And here is a simple explanation of conventional portfolio allocation compared to a risk parity portfolio from smartasset.com:
“Investors often default to the 60/40 method of asset allocation, with 60% of the portfolio in stocks and 40% in bonds. It’s a convenient investment method that is fairly simple to rebalance when market conditions change. The downside can come with performance Long term, 60/40 portfolios generally do not perform as well as those more concentrated in stocks. Risk parity attempts a more advanced method of portfolio management. The investor must first decide what level of risk exposure they can tolerate. Opting for a default high/low-risk allocation, the manager balances assets to achieve the target risk across the entire portfolio. Typically they will buy more low-risk and less high-risk assets, to create an even, overall risk exposure.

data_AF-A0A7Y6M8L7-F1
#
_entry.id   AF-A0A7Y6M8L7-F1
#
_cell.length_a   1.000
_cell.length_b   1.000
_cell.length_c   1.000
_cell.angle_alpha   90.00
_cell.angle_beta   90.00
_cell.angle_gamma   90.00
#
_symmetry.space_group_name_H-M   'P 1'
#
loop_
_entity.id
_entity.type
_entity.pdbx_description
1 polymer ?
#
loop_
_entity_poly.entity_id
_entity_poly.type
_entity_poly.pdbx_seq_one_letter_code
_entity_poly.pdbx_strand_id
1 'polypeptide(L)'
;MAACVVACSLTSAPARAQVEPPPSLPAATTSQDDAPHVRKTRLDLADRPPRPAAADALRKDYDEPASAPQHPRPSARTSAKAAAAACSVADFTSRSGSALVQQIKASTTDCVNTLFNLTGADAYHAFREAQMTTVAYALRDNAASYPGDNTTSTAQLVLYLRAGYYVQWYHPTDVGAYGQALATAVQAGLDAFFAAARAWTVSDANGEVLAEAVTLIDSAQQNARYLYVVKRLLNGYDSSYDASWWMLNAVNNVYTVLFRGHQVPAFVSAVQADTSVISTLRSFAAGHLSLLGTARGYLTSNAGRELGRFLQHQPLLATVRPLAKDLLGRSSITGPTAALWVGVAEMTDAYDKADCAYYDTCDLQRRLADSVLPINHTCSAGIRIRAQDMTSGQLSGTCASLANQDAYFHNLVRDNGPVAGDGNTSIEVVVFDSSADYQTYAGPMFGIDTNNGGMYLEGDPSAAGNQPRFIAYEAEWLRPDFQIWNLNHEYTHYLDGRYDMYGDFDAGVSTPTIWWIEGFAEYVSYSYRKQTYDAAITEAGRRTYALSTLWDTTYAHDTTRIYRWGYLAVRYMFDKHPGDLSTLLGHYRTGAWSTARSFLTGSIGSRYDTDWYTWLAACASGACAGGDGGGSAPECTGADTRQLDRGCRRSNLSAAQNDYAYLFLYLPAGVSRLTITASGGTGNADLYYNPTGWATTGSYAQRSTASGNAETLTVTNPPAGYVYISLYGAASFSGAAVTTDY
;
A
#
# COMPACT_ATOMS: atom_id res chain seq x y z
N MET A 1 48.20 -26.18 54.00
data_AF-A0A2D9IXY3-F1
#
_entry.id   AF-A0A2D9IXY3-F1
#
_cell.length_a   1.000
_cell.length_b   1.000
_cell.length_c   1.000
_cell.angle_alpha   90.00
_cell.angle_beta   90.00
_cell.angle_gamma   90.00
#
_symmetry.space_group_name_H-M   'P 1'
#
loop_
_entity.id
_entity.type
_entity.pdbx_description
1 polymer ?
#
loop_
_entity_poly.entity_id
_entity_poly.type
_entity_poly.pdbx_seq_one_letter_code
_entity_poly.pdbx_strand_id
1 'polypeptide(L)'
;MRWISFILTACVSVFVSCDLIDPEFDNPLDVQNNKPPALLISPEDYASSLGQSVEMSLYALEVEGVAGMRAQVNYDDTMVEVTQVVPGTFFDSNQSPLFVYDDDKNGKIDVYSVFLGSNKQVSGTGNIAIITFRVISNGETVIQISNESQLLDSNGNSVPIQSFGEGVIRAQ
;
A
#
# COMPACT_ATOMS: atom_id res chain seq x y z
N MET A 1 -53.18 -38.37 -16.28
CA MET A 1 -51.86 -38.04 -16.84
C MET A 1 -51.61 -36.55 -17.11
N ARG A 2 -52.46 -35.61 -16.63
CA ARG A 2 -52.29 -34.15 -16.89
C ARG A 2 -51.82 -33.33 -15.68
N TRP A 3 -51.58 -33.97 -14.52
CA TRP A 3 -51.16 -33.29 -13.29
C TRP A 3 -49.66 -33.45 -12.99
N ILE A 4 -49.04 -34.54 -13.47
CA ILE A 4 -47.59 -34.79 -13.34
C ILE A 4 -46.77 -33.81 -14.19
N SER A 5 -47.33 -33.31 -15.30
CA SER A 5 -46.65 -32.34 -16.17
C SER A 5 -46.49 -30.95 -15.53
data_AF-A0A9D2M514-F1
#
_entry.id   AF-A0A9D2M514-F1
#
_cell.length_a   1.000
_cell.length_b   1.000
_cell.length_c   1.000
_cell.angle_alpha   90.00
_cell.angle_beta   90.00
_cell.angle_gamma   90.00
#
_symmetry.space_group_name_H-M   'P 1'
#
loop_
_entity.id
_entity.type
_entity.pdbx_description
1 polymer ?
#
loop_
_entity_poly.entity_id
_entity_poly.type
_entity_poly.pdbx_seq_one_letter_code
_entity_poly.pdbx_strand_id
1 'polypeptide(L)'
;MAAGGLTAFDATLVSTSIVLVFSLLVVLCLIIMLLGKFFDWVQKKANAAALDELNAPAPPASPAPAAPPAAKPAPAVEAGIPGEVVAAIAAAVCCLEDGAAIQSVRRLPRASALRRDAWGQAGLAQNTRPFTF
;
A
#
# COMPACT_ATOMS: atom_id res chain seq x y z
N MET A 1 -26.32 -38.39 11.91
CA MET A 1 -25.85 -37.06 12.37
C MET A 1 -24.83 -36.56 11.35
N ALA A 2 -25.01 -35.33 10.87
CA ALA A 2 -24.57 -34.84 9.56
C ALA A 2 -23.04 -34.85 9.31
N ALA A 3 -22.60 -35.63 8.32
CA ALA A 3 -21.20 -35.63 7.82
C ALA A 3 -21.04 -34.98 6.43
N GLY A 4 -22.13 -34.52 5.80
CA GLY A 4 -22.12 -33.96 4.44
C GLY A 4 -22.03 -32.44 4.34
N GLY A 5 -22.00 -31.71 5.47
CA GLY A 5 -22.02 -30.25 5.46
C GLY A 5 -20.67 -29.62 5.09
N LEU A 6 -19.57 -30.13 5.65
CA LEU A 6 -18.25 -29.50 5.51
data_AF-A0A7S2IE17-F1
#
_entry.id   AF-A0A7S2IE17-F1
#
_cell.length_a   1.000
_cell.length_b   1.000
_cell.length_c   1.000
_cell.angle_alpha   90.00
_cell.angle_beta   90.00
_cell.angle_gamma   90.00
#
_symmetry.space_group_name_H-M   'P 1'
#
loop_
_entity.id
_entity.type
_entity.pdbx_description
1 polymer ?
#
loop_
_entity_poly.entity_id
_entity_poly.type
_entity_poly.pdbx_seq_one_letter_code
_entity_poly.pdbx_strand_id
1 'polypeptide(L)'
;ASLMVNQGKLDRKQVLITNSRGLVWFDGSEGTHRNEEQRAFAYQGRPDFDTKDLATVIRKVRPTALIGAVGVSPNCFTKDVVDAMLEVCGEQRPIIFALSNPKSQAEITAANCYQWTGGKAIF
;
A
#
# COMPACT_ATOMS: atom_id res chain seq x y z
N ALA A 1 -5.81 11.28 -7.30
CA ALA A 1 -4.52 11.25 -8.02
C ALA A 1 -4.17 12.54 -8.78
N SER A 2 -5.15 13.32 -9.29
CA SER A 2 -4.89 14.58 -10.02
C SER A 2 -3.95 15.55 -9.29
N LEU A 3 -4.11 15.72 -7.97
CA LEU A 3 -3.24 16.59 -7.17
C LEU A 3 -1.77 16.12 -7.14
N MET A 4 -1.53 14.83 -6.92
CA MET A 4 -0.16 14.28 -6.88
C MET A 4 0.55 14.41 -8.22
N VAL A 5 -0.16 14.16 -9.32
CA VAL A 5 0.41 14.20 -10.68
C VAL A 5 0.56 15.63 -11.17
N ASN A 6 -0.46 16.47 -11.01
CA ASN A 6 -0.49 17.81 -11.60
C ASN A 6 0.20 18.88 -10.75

Investors often use some MPT methodology to design risk policy portfolios, but there is an important difference between these approaches. MPT creates a portfolio mix based on the potential for both risk and return. In contrast, at the outset the risk parity approach focuses on risk distribution. Naturally, the investor’s desired return is a factor in any portfolio management. But the theory holds that dispersed risk should lead to better performance. In particular, risk parity should create a buffer between the portfolio and bear markets. The portfolio should keep steady when equities drop in value because the risk does not concentrate in the equity class. By contrast, a conventional portfolio’s risk may pile up to 90% of its risk into equities. So when the market drops, so does the portfolio’s performance.”